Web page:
Ending millions of preventable deaths through more equitable, effective health systems in communities around the world
Computers on wrists can track steps and heart rates 24/7, yet over 16,000 children die every day from things as basic as pneumonia and diarrhea. Individual and population collective health are jeopardized by an array of challenges, including food insecurity and poor nutrition, infectious and non-communicable diseases, and, in many developing countries, uneven access to quality care at the community level.
The Rockefeller Foundation has a long history in health—from eradicating hookworm in the American South, to creating the field of public health, to developing the yellow fever vaccine. We continue to support innovative strategies that incentivize individuals, communities, governments, and funders to address the breadth of variables that contribute to healthy societies.
Today, our portfolio of work in health includes support for Planetary Health, Universal Health Coverage, and Disease Surveillance Networks. We are actively exploring new ways of connecting hard to reach communities to digitally-enabled health care.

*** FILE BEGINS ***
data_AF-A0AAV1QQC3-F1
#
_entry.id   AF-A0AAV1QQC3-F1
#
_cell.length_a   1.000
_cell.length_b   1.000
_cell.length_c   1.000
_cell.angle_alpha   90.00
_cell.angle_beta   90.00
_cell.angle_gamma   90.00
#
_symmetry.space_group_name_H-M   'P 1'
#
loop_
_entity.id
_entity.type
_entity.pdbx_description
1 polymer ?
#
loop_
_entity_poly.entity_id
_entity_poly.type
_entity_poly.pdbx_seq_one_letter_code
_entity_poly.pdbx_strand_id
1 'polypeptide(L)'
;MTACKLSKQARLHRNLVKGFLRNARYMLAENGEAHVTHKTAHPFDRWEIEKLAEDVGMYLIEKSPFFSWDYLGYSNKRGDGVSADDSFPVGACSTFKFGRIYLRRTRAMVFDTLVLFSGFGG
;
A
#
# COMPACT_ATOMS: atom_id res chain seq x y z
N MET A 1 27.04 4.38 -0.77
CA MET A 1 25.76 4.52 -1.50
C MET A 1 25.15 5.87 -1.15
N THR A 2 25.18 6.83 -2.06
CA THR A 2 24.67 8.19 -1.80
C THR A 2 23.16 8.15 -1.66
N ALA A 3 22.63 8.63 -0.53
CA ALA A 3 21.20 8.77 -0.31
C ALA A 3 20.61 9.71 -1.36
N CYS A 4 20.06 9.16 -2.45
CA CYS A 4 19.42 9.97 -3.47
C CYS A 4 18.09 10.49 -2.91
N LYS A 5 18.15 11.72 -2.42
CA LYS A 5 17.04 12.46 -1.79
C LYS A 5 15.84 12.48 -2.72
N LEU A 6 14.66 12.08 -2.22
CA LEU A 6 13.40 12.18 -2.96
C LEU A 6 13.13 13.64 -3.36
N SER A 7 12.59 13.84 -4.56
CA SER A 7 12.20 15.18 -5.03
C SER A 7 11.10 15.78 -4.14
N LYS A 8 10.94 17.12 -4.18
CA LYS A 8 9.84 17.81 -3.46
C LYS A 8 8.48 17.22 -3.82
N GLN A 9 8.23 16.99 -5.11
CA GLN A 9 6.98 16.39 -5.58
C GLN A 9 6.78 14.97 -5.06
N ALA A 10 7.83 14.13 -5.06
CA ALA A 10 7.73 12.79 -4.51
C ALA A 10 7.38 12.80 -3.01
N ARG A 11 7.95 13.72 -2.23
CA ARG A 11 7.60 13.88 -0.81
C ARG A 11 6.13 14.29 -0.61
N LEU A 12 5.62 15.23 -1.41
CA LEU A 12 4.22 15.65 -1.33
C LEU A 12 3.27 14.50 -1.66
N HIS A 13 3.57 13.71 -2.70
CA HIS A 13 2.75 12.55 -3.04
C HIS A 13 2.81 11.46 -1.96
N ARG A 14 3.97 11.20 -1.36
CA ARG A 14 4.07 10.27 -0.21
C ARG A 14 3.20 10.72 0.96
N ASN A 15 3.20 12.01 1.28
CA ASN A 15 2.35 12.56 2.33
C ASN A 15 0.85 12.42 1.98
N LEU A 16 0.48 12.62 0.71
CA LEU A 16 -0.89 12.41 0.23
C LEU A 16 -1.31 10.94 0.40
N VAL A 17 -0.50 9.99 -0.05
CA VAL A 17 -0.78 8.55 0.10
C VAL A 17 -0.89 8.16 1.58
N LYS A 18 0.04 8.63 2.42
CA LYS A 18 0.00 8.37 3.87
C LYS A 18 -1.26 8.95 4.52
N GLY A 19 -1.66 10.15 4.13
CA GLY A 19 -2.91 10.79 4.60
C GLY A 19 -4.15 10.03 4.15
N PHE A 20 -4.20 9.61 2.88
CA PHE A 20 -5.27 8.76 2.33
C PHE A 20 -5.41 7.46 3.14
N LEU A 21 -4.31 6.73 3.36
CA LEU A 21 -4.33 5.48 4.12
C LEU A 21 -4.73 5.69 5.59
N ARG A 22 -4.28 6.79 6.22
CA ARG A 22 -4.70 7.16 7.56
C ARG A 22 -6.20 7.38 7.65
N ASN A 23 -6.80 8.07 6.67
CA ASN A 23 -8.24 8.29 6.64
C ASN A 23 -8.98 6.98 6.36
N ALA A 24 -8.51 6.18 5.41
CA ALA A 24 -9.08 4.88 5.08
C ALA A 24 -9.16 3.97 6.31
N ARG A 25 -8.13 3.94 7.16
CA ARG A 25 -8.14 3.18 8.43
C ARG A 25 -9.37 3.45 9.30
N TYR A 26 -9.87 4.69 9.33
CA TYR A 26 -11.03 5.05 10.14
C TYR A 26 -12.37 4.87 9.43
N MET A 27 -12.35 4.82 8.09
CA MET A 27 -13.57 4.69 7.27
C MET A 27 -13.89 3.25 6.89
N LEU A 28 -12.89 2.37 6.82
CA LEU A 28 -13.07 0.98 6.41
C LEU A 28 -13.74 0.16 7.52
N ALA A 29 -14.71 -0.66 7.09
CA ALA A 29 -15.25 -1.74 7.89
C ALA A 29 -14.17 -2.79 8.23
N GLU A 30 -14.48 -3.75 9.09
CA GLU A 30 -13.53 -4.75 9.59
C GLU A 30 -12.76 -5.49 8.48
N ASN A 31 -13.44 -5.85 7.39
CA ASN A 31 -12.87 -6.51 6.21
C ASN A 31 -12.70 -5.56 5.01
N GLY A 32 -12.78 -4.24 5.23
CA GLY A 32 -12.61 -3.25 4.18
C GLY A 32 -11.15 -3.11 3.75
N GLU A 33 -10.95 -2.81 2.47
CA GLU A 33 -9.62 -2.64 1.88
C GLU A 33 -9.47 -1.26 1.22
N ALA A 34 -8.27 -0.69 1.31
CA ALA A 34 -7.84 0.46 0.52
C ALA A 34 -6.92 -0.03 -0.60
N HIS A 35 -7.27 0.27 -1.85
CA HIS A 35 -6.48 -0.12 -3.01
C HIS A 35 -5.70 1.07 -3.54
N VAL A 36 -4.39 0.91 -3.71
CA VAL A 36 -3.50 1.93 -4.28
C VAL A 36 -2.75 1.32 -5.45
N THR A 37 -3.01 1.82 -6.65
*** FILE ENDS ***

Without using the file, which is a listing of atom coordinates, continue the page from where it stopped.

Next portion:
Unparalleled public health, agricultural, industrial, and technical advancements of the 20th century created the conditions for better health for billions of people. Yet this tremendous socio-economic progress is taking a heavy toll on the Earth’s natural systems. Between unsustainable resource consumption and population growth, there is growing evidence that the planet’s capacity to sustain the growing human population is declining.
While health spending has increased dramatically around the world, access to affordable, quality services—without the risk of financial hardship—has lagged. At the same time, though health systems increasingly serve as buffers between vulnerable communities and crises, inadequate and ill-resourced national health systems lack the capacity to meet daily health needs, let alone anticipate, prepare for, and recover from health shocks down the line.
Over the last two decades, the global health and economic impacts of SARS, H5N1, H1N1, and Ebola have raised global awareness of pandemic threats. In many cases, the most at-risk regions lacked the capacity to effectively monitor and report the first signs of outbreaks within their nations—let alone coordinate such communications with neighboring countries.